In 'Duskers', my little team of drones and I may be all that is left of civilization. We fly from one abandoned ship to another, picking up scrap and fuel and converting it into upgrades and repairs. Each drone can have 3 abilities, from simple things like "gather" to sexier stuff like "turret" and "trap mine". Arranged correctly, the drones’ abilities allow them to move efficiently through each ship, walling off rooms to herd monsters into certain areas for quarantine or destruction. Once clear, the upgrades and scrap in that room can be safely harvested, and then we move onto the next like a cybernetic plague of locusts.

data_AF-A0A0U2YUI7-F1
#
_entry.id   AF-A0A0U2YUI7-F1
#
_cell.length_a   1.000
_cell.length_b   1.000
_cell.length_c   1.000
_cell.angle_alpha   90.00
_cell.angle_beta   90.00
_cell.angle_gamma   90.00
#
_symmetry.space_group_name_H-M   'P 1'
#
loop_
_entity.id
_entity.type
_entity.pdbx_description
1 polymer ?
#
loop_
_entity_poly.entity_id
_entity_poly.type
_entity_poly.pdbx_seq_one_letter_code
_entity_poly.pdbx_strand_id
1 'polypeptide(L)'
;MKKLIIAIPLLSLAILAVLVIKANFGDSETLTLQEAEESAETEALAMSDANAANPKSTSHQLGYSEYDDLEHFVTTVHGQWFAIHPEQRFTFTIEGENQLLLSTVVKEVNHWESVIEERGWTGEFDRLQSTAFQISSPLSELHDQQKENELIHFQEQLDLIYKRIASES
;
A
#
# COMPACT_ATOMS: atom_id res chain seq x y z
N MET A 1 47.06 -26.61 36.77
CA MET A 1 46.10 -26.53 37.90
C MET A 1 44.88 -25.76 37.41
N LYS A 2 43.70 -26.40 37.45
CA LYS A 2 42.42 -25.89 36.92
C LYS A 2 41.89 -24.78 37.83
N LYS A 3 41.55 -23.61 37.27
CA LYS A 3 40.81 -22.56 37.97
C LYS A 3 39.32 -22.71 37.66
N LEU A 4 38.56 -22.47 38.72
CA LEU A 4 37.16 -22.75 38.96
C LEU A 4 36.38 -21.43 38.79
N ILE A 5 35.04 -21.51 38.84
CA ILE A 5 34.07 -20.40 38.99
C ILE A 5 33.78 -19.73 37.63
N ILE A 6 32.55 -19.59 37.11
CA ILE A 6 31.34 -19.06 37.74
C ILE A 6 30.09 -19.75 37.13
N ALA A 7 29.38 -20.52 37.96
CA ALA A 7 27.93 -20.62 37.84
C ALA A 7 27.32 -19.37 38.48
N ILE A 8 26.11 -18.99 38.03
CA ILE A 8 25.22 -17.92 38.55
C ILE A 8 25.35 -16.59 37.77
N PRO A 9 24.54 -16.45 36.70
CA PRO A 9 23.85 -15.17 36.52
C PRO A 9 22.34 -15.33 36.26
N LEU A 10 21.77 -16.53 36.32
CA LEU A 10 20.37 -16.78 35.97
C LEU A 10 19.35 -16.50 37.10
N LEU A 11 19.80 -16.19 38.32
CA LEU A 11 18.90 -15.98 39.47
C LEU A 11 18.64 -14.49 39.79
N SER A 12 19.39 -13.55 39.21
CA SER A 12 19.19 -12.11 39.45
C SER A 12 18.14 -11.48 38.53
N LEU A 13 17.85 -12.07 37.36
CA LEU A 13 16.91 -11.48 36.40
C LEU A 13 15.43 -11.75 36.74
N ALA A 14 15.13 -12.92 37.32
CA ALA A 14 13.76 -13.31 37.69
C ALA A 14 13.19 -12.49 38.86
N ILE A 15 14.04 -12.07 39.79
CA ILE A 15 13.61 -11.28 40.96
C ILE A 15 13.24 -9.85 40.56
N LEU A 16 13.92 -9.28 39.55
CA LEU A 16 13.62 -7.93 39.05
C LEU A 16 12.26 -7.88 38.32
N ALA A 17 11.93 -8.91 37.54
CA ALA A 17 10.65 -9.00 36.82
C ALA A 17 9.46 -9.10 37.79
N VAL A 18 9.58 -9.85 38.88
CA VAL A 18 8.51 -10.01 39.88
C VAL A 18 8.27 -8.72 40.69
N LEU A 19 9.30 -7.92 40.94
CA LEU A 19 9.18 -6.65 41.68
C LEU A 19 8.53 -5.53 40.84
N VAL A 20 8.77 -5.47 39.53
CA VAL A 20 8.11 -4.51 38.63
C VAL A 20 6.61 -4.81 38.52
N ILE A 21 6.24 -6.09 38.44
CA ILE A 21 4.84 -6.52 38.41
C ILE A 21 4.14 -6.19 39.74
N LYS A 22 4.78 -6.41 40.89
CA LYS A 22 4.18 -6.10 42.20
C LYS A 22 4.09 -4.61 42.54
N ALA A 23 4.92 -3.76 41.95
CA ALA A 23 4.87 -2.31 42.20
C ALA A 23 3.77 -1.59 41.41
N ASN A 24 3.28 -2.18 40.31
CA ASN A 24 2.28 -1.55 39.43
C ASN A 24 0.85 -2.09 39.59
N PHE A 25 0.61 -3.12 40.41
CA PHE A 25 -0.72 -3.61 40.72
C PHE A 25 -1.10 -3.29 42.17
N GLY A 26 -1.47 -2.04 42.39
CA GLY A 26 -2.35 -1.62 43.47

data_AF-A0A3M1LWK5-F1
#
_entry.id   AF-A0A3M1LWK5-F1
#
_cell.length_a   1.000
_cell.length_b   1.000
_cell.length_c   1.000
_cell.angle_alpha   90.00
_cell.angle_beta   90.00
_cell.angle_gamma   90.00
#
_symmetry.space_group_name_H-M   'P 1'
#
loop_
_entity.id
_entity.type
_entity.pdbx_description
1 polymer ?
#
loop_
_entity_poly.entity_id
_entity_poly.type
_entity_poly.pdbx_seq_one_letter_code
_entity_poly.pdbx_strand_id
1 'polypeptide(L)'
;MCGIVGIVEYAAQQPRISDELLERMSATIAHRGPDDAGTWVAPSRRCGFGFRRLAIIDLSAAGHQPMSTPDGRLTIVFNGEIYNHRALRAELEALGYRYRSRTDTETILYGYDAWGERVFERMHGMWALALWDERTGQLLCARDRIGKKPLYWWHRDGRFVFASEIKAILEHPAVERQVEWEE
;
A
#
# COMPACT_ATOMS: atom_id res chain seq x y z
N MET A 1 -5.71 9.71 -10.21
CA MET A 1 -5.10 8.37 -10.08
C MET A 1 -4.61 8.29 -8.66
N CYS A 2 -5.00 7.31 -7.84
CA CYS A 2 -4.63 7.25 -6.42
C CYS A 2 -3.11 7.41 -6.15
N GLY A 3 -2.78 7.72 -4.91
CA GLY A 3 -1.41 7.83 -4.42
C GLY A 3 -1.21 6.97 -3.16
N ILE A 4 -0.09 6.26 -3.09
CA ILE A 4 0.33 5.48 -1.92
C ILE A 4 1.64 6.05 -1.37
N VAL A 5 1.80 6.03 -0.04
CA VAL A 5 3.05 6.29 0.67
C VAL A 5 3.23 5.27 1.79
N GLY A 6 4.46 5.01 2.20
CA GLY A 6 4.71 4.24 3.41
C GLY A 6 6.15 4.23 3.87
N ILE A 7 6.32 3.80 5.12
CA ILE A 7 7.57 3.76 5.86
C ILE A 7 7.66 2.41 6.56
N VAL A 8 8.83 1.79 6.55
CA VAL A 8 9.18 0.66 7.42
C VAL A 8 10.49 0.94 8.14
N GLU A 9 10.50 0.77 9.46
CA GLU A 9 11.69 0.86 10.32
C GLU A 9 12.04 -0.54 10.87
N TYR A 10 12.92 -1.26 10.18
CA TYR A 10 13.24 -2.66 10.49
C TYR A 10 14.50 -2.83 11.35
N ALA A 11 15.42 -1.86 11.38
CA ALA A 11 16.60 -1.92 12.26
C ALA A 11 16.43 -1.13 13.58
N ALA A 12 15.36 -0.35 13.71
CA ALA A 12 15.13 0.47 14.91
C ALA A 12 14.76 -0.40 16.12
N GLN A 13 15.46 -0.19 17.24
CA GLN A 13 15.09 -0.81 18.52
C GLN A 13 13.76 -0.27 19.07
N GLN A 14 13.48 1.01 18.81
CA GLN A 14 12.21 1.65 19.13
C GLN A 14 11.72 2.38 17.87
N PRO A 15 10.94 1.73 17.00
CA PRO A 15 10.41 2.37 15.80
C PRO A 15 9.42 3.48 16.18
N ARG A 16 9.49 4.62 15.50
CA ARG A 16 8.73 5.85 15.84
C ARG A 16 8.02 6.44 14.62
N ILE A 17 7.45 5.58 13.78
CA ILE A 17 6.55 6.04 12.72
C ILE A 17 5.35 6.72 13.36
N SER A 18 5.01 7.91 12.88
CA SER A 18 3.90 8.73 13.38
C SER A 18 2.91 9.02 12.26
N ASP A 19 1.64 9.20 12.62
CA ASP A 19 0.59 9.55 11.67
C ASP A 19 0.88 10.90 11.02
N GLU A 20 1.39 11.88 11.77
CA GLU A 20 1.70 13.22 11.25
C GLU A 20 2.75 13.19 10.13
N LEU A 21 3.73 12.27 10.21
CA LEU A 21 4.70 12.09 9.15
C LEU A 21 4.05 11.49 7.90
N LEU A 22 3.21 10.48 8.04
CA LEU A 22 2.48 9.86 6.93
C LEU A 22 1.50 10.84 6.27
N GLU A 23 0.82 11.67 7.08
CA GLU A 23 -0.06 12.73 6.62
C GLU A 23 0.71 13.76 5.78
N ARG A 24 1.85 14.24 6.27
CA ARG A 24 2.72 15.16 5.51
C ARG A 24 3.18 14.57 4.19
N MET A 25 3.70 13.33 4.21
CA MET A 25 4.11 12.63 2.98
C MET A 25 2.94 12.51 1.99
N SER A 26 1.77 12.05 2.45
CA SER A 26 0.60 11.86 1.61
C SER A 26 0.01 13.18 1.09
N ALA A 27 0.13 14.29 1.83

At least one of the drones must be on generator duty, plugged into a static power inlet to provide electricity for part of the ship. This drone rarely moves but has the most important job: powering the doors and airlocks that control the movement of everything on board. The entryways must be carefully managed to ensure a safe flow from the explored rooms back to my ship, and if there is a breach, the situation can quickly go to hell in a handbasket. Monsters aren’t that smart, but they are tenacious and will relentlessly pursue any drone in sight. My robot buddies have a handful of clever devices to protect themselves, from mobile turrets to lures and even the ship itself. Some rooms have vents that allow the aliens to move between them (scary), but others have airlocks that serve as disposable bombs.